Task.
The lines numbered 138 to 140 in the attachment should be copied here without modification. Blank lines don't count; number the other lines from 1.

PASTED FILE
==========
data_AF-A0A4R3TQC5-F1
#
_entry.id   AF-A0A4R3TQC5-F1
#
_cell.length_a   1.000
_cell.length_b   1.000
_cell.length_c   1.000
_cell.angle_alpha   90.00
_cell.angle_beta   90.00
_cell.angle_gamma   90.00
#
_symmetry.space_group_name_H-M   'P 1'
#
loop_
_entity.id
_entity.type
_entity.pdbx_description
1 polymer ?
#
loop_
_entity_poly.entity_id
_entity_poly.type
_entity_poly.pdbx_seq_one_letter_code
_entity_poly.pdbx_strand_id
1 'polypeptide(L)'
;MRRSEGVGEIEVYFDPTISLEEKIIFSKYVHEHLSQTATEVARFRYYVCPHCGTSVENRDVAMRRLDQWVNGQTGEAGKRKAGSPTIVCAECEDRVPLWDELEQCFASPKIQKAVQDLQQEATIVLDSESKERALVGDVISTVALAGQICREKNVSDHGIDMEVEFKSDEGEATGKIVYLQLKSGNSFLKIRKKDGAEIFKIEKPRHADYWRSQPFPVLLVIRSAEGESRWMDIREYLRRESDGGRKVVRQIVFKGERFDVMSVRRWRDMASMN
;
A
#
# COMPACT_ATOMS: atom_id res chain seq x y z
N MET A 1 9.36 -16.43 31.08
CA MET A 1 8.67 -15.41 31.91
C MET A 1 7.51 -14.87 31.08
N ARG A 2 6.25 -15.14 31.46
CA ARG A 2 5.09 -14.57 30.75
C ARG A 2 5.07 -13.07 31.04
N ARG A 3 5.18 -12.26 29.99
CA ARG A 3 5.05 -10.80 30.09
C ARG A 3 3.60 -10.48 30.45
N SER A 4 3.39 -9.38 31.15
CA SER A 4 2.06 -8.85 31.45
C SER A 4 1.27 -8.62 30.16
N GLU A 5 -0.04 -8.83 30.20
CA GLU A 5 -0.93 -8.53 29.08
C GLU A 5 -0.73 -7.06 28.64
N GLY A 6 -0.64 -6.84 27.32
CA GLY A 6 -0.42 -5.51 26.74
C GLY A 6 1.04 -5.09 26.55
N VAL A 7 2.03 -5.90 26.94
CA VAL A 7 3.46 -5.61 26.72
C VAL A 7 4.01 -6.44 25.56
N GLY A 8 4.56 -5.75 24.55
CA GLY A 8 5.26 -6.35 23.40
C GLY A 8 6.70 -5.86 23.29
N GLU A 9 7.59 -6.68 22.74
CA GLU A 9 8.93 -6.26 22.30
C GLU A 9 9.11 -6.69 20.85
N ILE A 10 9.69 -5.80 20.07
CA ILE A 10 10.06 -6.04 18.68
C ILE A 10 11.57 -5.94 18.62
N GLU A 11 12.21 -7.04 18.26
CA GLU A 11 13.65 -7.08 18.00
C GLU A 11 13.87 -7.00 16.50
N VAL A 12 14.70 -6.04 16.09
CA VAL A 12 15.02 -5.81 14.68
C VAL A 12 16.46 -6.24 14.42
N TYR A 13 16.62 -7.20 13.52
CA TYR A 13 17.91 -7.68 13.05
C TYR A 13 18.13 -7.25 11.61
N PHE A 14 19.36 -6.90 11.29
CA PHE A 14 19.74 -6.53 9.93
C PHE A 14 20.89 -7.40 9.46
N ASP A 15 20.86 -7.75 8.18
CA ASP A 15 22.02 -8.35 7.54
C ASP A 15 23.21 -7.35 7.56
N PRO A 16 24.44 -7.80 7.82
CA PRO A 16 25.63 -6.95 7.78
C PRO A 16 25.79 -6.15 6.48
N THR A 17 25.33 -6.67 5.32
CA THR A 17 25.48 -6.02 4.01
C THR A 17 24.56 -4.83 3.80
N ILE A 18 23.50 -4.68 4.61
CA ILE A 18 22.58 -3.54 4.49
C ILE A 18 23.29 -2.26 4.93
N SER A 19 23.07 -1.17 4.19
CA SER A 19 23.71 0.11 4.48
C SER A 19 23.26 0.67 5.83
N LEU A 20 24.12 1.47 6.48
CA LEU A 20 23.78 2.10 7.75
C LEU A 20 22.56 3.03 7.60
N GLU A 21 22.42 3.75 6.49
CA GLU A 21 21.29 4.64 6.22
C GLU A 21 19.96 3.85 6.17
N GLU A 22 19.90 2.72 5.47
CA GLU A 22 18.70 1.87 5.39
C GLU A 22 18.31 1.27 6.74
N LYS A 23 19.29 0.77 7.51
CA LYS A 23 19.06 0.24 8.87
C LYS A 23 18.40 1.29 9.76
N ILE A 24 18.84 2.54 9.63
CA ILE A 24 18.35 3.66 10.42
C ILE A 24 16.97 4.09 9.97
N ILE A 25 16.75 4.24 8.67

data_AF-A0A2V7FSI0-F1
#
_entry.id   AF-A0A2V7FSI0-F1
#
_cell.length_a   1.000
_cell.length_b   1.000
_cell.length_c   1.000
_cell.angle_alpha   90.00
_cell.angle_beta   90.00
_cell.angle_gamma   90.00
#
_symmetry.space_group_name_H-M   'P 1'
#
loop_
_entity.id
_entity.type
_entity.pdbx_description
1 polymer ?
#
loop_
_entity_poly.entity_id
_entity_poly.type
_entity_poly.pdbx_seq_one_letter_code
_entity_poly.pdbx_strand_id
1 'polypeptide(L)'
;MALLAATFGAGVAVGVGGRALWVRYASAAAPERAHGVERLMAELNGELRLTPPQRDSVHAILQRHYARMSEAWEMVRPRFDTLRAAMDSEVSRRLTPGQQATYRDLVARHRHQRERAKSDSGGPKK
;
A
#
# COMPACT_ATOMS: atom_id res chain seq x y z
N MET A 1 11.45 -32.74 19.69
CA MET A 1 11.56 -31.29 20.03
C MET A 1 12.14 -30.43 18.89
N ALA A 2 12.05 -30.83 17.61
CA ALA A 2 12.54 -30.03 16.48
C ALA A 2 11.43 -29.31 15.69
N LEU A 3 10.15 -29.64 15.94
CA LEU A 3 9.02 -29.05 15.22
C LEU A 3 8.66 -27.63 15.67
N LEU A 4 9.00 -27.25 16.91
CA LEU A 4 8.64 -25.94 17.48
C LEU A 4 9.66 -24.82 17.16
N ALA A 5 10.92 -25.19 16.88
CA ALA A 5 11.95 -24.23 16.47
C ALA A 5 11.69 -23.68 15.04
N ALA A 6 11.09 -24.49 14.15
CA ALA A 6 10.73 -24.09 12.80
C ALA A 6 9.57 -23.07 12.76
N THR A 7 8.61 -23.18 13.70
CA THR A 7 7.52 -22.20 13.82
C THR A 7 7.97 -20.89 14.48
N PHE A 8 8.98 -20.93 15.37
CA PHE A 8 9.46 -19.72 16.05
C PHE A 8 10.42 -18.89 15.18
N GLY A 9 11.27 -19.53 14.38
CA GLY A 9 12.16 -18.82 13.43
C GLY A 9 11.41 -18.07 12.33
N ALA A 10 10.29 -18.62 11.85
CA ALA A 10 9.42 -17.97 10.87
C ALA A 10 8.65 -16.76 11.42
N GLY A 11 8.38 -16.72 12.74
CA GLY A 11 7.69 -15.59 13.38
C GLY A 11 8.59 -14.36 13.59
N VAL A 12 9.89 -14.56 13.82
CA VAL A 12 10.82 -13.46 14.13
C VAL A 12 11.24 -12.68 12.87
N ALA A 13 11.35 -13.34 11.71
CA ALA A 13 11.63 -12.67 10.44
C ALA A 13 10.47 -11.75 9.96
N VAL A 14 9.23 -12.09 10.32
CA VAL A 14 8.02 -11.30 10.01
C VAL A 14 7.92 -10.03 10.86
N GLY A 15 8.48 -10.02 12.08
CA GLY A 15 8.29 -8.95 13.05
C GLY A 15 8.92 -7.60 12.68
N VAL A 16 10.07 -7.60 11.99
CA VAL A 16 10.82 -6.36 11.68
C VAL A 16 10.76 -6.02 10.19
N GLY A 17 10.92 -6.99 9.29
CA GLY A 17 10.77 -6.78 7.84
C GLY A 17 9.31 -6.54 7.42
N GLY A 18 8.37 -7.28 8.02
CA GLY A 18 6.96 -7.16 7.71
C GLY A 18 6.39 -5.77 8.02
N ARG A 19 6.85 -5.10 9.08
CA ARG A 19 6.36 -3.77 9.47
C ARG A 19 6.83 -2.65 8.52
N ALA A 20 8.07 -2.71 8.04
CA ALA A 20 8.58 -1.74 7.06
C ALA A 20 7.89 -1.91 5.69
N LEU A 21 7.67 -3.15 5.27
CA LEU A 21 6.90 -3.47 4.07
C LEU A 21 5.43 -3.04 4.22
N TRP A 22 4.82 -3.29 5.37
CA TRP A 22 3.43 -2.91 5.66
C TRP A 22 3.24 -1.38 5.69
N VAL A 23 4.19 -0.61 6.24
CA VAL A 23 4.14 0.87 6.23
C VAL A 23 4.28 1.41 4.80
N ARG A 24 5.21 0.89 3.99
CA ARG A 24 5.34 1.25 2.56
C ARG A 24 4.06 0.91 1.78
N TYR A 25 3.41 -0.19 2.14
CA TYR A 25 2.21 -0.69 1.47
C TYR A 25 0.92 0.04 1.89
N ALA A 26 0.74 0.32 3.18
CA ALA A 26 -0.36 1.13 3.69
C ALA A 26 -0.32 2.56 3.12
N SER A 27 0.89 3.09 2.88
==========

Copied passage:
CA ALA A 2 12.54 -30.03 16.48
C ALA A 2 11.43 -29.31 15.69
N LEU A 3 10.15 -29.64 15.94